These softwares can be found on github https://github.com/awall9999/Arduino-Glass

## Step 7: The Final Arduino Data Glasses

Here you can see, how all the parts fit in the enclosure. I tried different holders for the acrylic reflector

Here is also a part list:

Link to the software on github

## Step 8: Pictures and Videos of the First Steps

Test setup with different lenses

First bluetooth test video

One of the prototypes video

Things to do:

• Finishing the Software, to auto connect to a Owon Multimeter
• Adding a battery indicator in the display. (The BLE module has this feature)
• Building different reflectors with tint and mirror foils, to make the glasses work in a bright area,
• Reducing the weight and redesigning the enclosure.
• Testing with a smaller 0.49 inch display.

Grand Prize in the
Epilog Contest 8

Second Prize in the
Arduino Contest 2016

## Recommendations

• ### Arduino Class

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## 169 Discussions

I can't find the exact battery type he used in this project. Can I use a 3.7v 500mAh Lipo battery?

I am new to Arduino and would like to try out this project! is it possible for anyone to give me a list of all the codes needed for this project and where do I get the bluetooth test app from which is shown in the Bluetooth 4.0 test video?

I complete this project almost 99% the one problem is still not resolved is, an image is opposite means 001 is displayed like 100. I don't know what to do????? can any buddy help me....

image that through mirror will be opposite, and if you see the opposite image through glass it will be normal back.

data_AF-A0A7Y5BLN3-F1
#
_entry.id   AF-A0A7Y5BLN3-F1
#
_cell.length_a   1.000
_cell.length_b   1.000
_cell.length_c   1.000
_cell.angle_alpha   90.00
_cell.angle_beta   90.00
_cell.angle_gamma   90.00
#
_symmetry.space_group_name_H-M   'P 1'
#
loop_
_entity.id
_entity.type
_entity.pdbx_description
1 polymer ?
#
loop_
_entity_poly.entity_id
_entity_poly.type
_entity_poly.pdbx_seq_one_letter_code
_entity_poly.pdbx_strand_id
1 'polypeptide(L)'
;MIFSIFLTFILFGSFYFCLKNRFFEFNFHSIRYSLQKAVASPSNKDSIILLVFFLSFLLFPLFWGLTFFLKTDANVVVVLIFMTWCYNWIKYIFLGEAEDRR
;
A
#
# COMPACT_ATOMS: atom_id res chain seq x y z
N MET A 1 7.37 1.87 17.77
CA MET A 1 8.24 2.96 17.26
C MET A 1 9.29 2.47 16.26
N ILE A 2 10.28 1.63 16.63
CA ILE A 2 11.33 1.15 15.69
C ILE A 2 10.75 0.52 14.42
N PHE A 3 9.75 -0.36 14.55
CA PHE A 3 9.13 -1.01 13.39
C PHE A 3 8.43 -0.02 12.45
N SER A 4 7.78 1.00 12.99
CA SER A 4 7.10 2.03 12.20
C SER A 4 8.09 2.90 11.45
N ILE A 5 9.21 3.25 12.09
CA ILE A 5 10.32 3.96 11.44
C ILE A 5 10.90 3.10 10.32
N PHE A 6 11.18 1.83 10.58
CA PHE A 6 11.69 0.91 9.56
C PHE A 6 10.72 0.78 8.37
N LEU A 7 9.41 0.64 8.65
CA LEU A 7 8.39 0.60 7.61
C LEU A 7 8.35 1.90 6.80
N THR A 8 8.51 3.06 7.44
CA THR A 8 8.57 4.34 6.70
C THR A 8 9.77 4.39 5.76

The code the he give is completed sir..i think you may have problem on bluetooth connection. firstly you should use serial test coding that he give to connect to hm-11. https://github.com/awall9999/Arduino-Glass/blob/ma... In this part, im not using the step:

AT+ROLE1 moule = central

AT+RESET reset AT+SHOW1 show Bluetooth name in response

AT+IMME0 connect automatically

AT+FILT0 scan for devices

AT+DISC? Show devices

i do not know why my aduino does not respond the at+disc?

im not remember how cuz im try and error. Try enter AT+ROLE1 , then AT+CONN @ AT+CONNA @ AT+CONNE @ AT+CONNF. It will connect to the owon multimeter automatically. you should see respond on the serial monitor. And it is actually data from the multimeter. After that, you can use the oledtest coding that he give https://github.com/awall9999/Arduino-Glass/blob/ma... or this coding (without microOled + it will print data of multimeter on the serial monitor):

#include <Wire.h> // Include Wire if you're using I2C

#include <SPI.h> // Include SPI if you're using SPI

#include <SFE_MicroOLED.h> // Include the SFE_MicroOLED library

//////////////////////////

// MicroOLED Definition //

//////////////////////////

#define PIN_RESET 9 // Connect RST to pin 9 (req. for SPI and I2C)

#define PIN_DC 8 // Connect DC to pin 8 (required for SPI)

#define PIN_CS 10 // Connect CS to pin 10 (required for SPI)

#define DC_JUMPER 0

// Also connect pin 13 to SCK and pin 11 to MOSI

//////////////////////////////////

// MicroOLED Object Declaration //

//////////////////////////////////

// Declare a MicroOLED object. The parameters include:

// 1 - Reset pin: Any digital pin

// 2 - D/C pin: Any digital pin (SPI mode only)

// 3 - CS pin: Any digital pin (SPI mode only, 10 recommended)

MicroOLED oled(PIN_RESET, PIN_DC, PIN_CS);

//MicroOLED oled(PIN_RESET, DC_JUMPER); // Example I2C declaration

// I2C is great, but will result in a much slower update rate. The

// slower framerate may be a worthwhile tradeoff, if you need more

// pins, though.

String bluedata;

String command;

byte value;

byte valueall[15];

char valuechar[15];

void setup()

{

Serial1.begin(9600);

Serial.begin(9600); // Initialize the OLED

delay(1000);

// Delay 1000 ms

Serial.print("ArduinoGlasses V1.0");

delay(2000);

Serial.print("Glasses");

// oled.clear(ALL);